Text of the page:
The Pigeon Detectives tear up the rule book for album number five at The Wedgewood Rooms

The Pigeon Detectives. Picture by Tom Martin
The Pigeon Detectives. Picture by Tom Martin
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You think you know The Pigeon Detectives? They’re those in-your-face indie-rockers, right?

New album Broken Glances is out to shatter a few preconceptions about the Leeds five-piece.

Released at the end of last month, it’s the band’s first album in four years, and it finds them in reflective and experimental mood.

Frontman Matt Bowman tells The Guide: ‘I think it’s the biggest leap into the unknown we’ve taken, in so far as we’ve really tried to make a record to surprise people.

‘It’s not to shock, that’s the wrong word, but we definitely want people to notice that there’s a concerted effort to step away from the shadows of our first two records which were multi-platinum selling and possibly kind of defined us, or at least defined what people expected of us.’

Lead single Lose Control is the closest on the album to their classic sound of hits like I Found Out and I’m Not Sorry.

We definitely want people to notice that there’s a concerted effort to step away from the shadows of our first two records

Matt Bowman

‘We did deliberately pick Lose Control because, well, it’s still got a bit of a psychedelic edge, and the songwriting, it’s a bit less orthodox than our previous albums, but it’s obviously the most similar – it was a conscious effort to ease people in.

‘We did recently put out (new track) Sounding The Alarm as well, which has a 100 per cent electronic drum beat and synthesised sounds, a bit more of the relaxed vocals rather than the usual punk delivery and the response to that has been overwhelming.

‘People have really got on board with what we’re trying to do. They’re quite accepting of the fact that it’s 10 years since we released that first album, and I think the thing that’s going in our favour is that our musical tastes have changed and developed but people are 10 years older than when they bought Wait For Me, and their tastes have changed and developed too. The feedback we’re getting is that people are into it and are pleasantly surprised.’

Perhaps acknowledging that the act have not always been critics’ darlings, Matt says he wants the new material to ‘get a fair crack of the whip.’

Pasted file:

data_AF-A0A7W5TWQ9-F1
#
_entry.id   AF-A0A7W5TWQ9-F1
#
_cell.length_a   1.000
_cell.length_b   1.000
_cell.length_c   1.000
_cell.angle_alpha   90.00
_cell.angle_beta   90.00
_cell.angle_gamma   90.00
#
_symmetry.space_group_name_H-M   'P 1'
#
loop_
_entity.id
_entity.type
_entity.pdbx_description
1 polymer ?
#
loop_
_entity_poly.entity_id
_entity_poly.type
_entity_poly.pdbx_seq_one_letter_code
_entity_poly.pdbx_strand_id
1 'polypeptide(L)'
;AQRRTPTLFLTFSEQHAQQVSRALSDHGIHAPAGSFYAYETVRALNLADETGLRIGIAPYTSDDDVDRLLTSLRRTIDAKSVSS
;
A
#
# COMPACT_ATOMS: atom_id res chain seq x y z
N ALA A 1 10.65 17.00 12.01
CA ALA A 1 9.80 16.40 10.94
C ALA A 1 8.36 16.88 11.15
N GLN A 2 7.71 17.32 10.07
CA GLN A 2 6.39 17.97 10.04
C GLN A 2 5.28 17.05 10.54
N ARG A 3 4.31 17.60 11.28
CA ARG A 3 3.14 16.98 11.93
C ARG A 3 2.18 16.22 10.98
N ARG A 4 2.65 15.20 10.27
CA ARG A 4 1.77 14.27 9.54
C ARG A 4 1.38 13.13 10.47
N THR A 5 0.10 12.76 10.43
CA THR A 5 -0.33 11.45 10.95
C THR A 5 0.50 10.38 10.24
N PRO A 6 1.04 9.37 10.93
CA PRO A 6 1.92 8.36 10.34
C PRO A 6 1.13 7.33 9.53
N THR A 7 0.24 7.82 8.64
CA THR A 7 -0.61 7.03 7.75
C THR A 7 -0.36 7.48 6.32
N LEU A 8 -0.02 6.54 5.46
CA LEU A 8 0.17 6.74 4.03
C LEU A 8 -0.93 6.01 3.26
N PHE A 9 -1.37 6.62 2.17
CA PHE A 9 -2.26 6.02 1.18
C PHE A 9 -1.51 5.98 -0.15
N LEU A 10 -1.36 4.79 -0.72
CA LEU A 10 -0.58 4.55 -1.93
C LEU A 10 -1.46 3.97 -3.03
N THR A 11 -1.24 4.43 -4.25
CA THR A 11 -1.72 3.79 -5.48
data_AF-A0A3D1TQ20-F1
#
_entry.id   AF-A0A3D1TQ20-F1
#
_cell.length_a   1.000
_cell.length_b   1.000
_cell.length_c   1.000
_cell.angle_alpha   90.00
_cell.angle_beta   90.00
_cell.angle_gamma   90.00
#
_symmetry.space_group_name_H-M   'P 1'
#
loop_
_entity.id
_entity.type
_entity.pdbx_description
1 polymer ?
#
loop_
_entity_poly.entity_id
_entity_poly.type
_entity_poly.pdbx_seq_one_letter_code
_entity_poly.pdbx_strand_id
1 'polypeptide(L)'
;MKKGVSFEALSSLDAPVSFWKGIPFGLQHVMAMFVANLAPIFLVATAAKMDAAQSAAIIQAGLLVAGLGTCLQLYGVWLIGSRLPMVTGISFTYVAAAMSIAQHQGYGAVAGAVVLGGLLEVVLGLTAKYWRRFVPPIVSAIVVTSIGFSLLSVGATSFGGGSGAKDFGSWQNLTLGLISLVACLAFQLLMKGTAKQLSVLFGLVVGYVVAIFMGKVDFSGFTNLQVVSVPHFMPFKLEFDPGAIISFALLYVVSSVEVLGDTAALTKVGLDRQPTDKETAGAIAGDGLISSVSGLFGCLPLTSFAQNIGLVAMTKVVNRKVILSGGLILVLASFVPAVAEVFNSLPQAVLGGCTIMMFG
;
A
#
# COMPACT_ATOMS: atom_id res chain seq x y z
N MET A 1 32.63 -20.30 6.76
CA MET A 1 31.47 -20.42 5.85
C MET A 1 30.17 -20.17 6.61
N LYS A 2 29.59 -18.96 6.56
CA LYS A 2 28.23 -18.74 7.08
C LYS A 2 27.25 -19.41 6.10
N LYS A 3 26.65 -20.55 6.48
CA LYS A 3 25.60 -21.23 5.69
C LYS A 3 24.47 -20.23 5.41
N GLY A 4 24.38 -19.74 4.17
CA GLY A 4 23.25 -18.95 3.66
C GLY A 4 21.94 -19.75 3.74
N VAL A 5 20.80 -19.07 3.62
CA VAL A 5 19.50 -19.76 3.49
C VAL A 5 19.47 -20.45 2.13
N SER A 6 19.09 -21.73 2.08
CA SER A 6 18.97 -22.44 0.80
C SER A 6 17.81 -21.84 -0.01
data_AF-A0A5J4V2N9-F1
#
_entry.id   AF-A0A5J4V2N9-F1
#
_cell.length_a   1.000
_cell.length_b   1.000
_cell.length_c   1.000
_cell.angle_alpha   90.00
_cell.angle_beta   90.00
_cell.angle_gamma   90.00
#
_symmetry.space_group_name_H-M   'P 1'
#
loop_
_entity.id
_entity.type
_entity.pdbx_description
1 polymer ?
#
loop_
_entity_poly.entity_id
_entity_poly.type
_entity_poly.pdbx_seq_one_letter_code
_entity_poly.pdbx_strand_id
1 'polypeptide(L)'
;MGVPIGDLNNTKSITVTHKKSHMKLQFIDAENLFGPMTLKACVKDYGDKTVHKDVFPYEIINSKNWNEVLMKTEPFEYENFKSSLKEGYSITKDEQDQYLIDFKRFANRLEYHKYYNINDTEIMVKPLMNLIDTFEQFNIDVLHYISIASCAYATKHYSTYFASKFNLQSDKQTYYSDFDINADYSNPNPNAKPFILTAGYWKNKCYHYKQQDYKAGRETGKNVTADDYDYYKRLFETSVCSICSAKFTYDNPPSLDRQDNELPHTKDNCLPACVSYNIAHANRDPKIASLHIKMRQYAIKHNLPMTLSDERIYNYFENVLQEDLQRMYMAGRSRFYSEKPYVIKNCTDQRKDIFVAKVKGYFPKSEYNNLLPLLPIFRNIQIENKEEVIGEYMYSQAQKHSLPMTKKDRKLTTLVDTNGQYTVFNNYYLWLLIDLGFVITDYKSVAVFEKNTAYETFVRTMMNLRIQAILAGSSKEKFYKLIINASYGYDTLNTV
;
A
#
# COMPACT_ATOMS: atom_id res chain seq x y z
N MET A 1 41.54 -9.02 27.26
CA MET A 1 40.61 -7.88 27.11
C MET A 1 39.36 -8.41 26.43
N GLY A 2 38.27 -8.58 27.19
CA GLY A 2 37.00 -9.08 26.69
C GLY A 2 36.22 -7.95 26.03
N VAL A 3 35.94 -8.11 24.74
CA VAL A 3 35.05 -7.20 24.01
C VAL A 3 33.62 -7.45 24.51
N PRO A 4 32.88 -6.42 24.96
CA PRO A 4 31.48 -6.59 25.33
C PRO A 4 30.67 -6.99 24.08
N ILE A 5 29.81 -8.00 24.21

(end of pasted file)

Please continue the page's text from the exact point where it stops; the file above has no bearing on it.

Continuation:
So were they worried about the reception it would get?

‘No, not at all. We’re five albums in now, the shackles are off, We wanted to make a record that really stood for where we are right now. We’ve always had a loyal fanbase, and I think we always trusted that and knew that they would accept us expressing ourselves in a different way.

‘Yeah, you’re anxious, but not worried. You’re always slightly anxious when you put new music out – you’ve cooked these songs for two years in a rehearsal room and the studio, and then when you serve them up people can be brutal. But people are saying nice things at the minute, so it’s good.’

The album was recorded with producer Richard Formby at the helm, more known for his work with leftfield acts like Ghostpoet and Spacemen3.

‘We wanted to work with someone who wasn’t trying to recreate the first album and get a platinum disc on the wall. We wanted someone who’d take a risk and really tamper with the traditional sound of the band and create something new and exciting.

‘We sat down with Richard and the first thing he said was: “Well, this was a phonecall I never expected to receive!” We immediately realised he understood we weren’t trying to revisit former territory.’

Aside from touring the new album, Matt alludes to big plans for later in the year.

‘Without giving too much away it’s a huge year. As well as our fifth album coming out, anyone who looks back in our history will realise it’s the 10th anniversary of Wait For Me, our debut – there are lots of things in the pipeline, lots of things to announce.

‘It wouldn’t be fair for me to say any more.’

The Wedgewood Rooms, Southsea

Tuesday, March 14